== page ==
Discover How the adidas DEI Strategy Enables the Core Value of Respect in the Workplace
Following the launch of adidas’ Diversity, Equity and Inclusion Strategy, Vanessa Abrahams-John reflects on the importance of respect in the workplace.
The adidas Values Series
With the recent launch of our new Diversity, Equity & Inclusion (DEI) strategy, adidas is reimaging its DEI journey to focus primarily on our people, our culture and accountability for our managers.
As we begin this, I’ve been reflecting on the world we live and work in today, and the critical role respect can play in transforming how we play best with each other, with our partners and with our consumers.
DEI has always been a part of our DNA and rich heritage since our founder Adi Dassler focused on innovation as a key driver to success. But at this time in our journey, we have to reimagine and broaden our embrace of DEI to help us win and enhance our competitive advantage in the marketplace.
I joined adidas in May this year, in part because I was already an excited consumer who loved the brand and wore o in my regular life. My kids play soccer and that’s all they’ve ever worn. But I also jumped at the opportunity to come here because I wanted to help adidas embed a culture of fairness, inclusion and respect in every team, in every country. I want to drive inclusion by meeting each person and each region where they are, so we can bring everyone along.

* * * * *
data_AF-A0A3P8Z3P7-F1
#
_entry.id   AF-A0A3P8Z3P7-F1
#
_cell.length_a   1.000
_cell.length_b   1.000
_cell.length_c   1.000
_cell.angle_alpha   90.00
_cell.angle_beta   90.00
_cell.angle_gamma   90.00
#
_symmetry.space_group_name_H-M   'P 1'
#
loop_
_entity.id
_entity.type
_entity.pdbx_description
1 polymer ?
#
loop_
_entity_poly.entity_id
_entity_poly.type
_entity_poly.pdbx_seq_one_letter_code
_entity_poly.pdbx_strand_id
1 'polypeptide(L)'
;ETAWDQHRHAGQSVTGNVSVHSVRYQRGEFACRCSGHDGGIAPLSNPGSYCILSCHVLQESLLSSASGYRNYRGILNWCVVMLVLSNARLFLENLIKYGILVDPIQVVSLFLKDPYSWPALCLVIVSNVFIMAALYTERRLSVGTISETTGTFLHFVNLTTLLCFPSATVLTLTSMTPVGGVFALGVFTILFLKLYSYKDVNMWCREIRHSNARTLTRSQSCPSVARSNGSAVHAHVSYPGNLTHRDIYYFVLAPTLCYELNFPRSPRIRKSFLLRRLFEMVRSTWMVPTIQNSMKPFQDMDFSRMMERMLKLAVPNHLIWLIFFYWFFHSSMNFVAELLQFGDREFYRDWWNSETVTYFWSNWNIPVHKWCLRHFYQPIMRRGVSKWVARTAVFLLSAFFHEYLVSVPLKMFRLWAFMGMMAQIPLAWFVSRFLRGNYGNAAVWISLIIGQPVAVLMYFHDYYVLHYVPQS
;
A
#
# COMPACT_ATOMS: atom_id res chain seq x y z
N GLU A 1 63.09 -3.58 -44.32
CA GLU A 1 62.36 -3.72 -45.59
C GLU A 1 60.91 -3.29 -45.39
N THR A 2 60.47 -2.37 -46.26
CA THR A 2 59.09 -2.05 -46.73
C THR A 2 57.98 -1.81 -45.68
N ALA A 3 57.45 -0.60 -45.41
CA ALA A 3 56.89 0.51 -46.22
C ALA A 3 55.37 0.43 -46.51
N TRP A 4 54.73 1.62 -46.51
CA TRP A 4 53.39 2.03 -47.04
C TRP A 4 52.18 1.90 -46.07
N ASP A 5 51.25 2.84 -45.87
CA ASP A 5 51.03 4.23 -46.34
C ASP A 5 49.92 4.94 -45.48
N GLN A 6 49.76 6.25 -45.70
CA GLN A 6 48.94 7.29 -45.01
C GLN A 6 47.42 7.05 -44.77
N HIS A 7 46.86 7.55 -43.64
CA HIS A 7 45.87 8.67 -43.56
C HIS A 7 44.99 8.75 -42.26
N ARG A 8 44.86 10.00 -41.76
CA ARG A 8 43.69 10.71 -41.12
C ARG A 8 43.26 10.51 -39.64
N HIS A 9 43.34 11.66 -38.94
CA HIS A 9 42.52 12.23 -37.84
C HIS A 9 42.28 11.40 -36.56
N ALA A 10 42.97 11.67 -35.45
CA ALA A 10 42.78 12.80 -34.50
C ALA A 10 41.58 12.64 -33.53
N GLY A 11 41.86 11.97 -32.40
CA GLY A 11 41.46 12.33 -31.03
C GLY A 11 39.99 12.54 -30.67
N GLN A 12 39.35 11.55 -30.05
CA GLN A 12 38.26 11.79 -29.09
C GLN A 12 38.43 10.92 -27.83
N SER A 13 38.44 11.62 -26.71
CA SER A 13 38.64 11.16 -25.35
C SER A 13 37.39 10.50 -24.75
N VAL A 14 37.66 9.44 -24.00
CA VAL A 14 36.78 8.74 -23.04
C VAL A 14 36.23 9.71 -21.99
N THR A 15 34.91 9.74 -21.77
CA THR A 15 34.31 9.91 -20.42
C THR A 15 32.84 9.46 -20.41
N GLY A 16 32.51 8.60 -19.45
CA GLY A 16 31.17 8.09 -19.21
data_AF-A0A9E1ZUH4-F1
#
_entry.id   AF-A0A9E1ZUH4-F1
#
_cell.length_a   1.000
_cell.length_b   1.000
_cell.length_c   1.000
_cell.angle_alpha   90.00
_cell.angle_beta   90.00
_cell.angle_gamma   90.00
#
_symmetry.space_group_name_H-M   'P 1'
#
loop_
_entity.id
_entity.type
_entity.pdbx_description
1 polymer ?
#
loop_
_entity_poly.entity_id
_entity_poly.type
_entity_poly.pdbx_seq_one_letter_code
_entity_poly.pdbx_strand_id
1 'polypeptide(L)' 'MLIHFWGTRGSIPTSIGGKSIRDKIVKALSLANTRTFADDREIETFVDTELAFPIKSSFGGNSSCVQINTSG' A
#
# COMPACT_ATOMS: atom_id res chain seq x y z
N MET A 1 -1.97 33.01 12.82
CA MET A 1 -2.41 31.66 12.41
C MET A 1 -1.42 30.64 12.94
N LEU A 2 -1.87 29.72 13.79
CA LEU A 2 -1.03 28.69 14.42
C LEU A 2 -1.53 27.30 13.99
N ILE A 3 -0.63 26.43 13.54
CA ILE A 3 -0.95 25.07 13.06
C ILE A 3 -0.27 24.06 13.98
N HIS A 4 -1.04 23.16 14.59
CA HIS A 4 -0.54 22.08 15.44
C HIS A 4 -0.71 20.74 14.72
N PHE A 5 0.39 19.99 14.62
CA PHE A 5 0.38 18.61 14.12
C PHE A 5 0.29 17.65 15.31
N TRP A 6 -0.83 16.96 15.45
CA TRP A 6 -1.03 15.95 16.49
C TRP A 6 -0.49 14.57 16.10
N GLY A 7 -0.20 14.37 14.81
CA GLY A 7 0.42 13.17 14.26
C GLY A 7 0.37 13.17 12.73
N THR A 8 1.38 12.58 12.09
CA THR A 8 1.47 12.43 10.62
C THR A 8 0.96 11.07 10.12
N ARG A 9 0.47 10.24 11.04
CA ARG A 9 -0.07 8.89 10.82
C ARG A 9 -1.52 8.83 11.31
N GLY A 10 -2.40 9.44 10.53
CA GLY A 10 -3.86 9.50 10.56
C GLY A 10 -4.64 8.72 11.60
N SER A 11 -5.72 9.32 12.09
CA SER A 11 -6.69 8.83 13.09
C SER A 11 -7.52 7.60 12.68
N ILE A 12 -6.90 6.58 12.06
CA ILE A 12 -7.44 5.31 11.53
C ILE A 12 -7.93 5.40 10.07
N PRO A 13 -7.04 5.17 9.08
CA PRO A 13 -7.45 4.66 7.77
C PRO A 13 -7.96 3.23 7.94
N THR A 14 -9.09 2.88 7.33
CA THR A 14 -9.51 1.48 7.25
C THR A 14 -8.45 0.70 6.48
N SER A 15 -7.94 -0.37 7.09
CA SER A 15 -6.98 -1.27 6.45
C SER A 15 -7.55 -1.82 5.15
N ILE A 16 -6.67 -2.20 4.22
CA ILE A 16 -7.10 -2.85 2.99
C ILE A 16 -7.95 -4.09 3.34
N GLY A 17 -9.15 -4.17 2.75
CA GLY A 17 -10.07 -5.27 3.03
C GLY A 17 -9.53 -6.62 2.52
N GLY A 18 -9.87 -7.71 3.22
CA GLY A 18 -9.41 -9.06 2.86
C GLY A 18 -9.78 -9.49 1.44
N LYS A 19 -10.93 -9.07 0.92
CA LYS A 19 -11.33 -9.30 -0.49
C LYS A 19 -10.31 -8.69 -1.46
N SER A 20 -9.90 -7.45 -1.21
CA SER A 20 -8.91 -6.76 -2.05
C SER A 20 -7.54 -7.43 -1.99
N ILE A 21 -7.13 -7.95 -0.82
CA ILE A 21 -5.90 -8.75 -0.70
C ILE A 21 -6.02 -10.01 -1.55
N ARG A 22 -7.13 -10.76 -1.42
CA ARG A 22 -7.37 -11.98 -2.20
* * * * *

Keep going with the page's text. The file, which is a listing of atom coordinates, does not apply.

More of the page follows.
Although adidas has always had a strong focus on the DEI space – what we need now is to operationalize inclusion with the tools, learnings, KPIs and strategy to share with our people. That’s something I’m bringing to the conversation, with clear data as our baseline. When we’re building a culture of respect in the workplace, I want everyone to feel a sense of inclusion and to see the value that culture brings to them.
In a volatile world, respect in the workplace is more important than ever
We’re doing this at just the right time because the world is volatile, uncertain, complex and ambiguous. It’s an environment in which we need DEI more than ever. Our research shows that post-COVID, people are feeling stressed or uncertain. Employees have changed and are seeking to work for organizations that align with their internal values. We are all looking for purpose, for alignment with our own values, and for something bigger than ourselves to hold onto. More than anything, employees want to feel respected and treated with dignity – regardless of their differences.
As with DEI, it’s important that we embed respect in a consistent way. We can do that by explaining more effectively what respect means in the context of our workplace, and that we will each be accountable.